When the Balicki children finally arrive in Berlin, they can see straight away that the place is an absolute mess. As far as the eye can see, just about every building has been destroyed, a legacy of the terrible war that Hitler started and eventually brought home to his country.
But the children don't really notice all the destruction. After all, they spent a lot of time in Warsaw, and if anything, the level of destruction there was even greater. The children are not so much concerned with what the city looks like as with getting food and shelter.
Before long, they're tucking into a long, cigar-shaped loaf of bread. More food is available at the transit camp, a disused cinema which is the children's next port of call. Once there, they're able to get some soup and a place to sleep. The children are given blankets and straw-filled mattresses and ushered to a dark corner of the hall.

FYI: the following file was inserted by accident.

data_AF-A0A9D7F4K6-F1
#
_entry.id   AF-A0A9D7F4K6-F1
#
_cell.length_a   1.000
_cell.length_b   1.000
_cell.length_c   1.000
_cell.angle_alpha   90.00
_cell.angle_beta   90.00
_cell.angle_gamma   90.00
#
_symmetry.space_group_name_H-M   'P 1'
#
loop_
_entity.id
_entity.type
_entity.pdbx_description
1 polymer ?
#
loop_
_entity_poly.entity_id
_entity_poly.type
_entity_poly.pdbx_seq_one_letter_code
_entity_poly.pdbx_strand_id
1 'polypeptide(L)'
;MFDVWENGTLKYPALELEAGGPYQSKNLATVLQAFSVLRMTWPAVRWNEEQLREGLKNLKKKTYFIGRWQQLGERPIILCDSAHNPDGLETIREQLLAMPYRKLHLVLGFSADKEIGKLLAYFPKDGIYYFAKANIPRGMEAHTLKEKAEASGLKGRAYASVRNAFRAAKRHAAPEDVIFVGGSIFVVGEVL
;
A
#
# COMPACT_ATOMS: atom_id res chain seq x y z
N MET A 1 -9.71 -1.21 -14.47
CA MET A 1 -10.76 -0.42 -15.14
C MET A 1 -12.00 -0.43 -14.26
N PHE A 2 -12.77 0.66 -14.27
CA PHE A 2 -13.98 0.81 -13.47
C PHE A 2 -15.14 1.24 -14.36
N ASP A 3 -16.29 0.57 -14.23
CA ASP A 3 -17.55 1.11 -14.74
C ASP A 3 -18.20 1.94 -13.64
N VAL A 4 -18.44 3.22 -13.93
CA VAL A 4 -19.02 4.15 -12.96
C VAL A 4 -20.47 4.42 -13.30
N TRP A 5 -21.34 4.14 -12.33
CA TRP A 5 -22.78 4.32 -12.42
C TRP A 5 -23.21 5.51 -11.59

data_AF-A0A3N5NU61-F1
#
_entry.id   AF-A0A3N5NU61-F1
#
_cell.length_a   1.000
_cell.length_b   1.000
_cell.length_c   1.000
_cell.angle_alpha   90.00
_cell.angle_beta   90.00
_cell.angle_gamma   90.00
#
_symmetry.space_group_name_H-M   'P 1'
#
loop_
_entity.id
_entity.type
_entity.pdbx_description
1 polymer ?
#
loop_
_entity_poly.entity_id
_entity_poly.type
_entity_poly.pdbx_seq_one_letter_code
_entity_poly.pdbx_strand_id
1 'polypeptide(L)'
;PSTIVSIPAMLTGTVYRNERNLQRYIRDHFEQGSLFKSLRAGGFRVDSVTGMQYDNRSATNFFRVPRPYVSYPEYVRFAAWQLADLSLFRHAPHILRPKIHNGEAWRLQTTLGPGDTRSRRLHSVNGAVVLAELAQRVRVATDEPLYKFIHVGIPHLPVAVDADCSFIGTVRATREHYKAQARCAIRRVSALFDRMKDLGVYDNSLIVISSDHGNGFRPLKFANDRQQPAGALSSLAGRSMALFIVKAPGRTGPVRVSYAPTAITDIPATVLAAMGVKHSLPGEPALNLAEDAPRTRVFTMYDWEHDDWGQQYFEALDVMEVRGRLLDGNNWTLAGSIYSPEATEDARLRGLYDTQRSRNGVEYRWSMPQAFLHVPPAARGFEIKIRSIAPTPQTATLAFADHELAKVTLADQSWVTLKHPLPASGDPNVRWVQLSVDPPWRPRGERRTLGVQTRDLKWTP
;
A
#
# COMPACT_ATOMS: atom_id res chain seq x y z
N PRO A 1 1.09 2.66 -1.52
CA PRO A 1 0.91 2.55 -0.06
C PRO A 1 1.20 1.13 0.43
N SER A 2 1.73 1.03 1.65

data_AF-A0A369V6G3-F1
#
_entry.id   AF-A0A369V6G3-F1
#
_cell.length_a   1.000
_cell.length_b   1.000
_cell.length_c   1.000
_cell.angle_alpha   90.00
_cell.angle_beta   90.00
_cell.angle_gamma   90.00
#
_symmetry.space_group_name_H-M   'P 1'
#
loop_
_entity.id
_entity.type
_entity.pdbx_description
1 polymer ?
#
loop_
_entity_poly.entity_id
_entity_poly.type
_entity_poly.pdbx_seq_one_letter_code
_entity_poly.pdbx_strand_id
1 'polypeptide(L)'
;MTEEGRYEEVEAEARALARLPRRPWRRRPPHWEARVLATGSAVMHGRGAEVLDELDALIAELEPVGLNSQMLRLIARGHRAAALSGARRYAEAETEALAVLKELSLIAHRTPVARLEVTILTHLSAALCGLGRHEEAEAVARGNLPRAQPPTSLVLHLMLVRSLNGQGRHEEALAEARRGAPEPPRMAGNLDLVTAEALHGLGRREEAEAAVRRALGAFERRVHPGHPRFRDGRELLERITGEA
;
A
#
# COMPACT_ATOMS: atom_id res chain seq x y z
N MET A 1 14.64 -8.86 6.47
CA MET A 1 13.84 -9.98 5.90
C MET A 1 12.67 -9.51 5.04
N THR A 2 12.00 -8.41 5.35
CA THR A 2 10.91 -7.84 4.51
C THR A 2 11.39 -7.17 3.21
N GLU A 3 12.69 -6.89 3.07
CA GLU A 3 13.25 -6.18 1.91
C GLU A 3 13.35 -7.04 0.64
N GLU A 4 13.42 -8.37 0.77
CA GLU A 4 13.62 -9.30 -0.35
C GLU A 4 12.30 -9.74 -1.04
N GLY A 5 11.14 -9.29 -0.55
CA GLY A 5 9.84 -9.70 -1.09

The next morning, the relative peace of the transit camp is shattered by a commotion at the entrance. There's a lot of shrieking, and people inside the camp crane their necks to see what's happening. The way things are going it looks like there's going to be a major stampede.
As it turns out, a chimpanzee called Bistro has just escaped from the zoo. Apparently, he broke free from his cage at the Tiergarten and hopped aboard a tram in the Adolf Hitler Strasse, where he bit a scared passenger before getting off at the next stop.